However the longer I do this, the more I am embedded in technology so I feel it is beginning to merge away from my original influence. I’m now more immersed in researching how physical space works with light and how to accentuate the feel of both sound and space together. I still have a strong interest in materials, I’m continuously experimenting with materials to see how it works with light, but I also feel the experience of the audience becomes important for the installation to have that extra element so they are also part of the overall project. It’s a balance of how you evolve in your practice.

What do have coming up in the near future?

I’m currently working on visuals for Unsound and Awakenings Festival in October. Then there are a few installations in the pipeline for next year, I have been developing a site-specific installation with Alex Smoke to show in Scotland and have also started collaborating with Daniel Kessler from Interpol and Joseph Fraioli to work with their new project together [Jafbox Sound].

I have also been working on a new audio-visual show with Boston sound designer Ricardo Donoso and finally a new installation with Pan artist Lee Gamble. Each project is quite different, the concepts are through extensive research and interests in other subjects. I can’t really give out too much information at this stage but next year is going to be quite an exciting year of projects.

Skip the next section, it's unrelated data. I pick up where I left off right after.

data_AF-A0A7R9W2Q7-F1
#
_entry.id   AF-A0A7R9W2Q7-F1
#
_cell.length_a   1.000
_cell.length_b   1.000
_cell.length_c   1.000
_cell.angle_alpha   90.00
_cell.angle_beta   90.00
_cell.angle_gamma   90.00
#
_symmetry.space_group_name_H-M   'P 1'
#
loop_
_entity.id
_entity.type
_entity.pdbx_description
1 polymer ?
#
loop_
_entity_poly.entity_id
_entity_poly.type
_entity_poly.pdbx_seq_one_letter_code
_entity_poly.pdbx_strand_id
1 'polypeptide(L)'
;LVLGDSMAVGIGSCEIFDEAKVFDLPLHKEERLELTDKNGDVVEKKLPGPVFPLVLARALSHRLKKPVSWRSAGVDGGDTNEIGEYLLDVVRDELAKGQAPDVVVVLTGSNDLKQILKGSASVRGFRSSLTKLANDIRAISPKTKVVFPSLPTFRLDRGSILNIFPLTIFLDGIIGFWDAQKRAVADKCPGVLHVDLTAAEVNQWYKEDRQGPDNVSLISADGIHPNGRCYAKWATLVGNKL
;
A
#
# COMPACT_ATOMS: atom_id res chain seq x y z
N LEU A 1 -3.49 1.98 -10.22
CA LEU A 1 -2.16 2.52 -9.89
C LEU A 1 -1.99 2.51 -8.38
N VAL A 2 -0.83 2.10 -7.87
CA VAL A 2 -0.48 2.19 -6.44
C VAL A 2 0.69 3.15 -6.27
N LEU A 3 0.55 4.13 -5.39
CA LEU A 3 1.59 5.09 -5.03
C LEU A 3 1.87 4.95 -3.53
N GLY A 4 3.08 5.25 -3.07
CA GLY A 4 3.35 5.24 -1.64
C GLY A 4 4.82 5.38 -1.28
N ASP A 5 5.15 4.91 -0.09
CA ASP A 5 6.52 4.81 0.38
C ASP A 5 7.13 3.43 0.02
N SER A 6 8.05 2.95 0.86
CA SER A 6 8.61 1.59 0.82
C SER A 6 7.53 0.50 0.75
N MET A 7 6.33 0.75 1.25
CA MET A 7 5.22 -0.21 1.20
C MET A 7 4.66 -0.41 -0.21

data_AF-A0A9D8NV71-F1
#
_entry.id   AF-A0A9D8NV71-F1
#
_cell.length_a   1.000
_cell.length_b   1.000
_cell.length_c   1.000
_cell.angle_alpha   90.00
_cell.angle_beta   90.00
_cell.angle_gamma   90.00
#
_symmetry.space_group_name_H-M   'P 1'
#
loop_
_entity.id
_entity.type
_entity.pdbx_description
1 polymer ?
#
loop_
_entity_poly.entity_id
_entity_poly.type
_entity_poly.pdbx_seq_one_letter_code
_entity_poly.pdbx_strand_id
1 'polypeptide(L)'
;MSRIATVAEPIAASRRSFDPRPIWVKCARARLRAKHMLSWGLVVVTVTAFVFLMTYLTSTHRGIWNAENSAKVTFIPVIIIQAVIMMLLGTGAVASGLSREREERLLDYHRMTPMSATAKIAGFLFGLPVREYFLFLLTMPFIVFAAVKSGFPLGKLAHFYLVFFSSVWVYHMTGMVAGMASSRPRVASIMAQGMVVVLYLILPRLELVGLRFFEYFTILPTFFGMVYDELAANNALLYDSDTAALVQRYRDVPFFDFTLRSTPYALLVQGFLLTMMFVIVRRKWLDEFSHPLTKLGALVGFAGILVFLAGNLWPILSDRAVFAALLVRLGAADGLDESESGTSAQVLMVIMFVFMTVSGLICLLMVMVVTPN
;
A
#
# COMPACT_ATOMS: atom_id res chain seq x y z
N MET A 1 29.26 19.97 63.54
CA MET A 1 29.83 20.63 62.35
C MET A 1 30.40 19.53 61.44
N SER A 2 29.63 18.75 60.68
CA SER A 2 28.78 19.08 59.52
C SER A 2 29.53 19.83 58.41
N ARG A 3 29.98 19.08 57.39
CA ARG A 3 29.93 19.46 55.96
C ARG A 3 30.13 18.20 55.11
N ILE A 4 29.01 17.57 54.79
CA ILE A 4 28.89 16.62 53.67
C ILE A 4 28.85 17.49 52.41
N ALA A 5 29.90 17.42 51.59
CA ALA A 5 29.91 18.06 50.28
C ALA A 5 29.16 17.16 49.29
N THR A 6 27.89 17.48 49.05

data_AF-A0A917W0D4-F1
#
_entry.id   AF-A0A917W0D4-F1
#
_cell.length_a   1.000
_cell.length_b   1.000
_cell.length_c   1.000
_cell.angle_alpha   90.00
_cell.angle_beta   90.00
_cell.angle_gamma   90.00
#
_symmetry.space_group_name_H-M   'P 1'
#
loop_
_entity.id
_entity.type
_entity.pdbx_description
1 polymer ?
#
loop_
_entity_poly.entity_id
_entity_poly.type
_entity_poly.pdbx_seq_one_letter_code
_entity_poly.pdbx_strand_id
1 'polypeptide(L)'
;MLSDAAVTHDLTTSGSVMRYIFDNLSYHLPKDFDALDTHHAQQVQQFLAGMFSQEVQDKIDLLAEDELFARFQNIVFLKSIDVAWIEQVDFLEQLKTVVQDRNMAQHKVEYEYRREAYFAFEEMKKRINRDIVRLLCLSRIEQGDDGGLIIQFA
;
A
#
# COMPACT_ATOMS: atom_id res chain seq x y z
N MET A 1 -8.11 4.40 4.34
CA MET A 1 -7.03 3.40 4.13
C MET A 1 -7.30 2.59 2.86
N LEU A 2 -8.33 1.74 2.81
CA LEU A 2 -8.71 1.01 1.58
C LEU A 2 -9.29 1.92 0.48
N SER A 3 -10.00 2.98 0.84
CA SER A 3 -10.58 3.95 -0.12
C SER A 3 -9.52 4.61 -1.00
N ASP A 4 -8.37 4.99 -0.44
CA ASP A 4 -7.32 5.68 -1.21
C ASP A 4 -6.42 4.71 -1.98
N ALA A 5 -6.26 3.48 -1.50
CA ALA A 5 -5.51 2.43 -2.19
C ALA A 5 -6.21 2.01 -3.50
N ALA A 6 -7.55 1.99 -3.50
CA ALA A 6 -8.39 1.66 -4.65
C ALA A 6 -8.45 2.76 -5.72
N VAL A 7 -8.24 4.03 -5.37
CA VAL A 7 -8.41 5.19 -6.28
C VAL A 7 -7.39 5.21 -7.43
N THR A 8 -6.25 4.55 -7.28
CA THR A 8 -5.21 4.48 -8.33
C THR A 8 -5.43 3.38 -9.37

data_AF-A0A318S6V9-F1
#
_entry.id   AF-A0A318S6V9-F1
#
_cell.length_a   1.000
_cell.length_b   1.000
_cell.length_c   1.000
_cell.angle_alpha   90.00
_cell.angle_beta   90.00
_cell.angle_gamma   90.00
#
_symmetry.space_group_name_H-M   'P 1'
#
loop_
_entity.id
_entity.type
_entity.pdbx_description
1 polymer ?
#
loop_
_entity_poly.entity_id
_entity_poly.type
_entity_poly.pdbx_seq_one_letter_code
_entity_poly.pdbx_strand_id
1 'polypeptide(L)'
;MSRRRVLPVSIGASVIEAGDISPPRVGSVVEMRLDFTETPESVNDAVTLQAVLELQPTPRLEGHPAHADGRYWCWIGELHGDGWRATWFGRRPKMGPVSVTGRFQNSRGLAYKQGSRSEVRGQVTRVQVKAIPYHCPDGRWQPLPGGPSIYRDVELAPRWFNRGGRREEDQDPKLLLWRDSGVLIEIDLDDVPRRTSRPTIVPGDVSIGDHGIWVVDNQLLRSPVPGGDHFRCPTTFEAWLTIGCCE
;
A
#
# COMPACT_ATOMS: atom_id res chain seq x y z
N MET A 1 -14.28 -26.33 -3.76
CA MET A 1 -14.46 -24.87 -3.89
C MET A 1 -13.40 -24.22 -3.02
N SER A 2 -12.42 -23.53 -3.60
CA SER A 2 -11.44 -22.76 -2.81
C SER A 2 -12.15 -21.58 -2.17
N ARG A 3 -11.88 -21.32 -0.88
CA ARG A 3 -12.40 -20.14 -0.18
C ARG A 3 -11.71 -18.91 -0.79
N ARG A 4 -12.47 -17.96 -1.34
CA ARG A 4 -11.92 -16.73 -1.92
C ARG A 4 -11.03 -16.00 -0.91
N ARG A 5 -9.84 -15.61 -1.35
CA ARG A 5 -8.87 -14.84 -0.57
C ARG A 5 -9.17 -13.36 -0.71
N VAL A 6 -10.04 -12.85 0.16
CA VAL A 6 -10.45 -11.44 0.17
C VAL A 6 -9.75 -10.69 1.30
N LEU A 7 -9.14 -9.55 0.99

We also wanted to get your thoughts on this innovative new app Generate; what were your initial thoughts?

It’s a similar feel to Instagram but with this app you’re encouraged to experiment with the photos and videos in your phone in a more abstract environment. It felt a bit like pushing pixels together, gathering effects on moving image.

Do you think it will benefit artists working across audio-visual disciplines? How?

I think it would work well in a club environment to engage with the audience. It is definitely useful in the VJ department, with the types of filters involved. You will need to know what your intending to use it for, there’s quite a lot of intense effects in the application.

Will it help younger/budding videographers and visual artists learn to experiment with their craft?

I think the younger people who have never tried experimenting with visuals will have a lot of fun with this; I think it will encourage them to further explore this field after playing with the app and maybe how to merge it with other applications.

Who do you think will benefit most from using the app and why?

It will benefit mostly the younger club goers who love to socialise and enjoy their environments. When you would take an image and video on Instagram for example, in this app you will be spending more time cutting and mixing the mediums in your phone, testing out different ways of editing. There is a fun element to it and I can see the potential in the development towards the future stages.

For more information about Florence To and her work, visit

Check out Generate at

Written by Will Van de Pol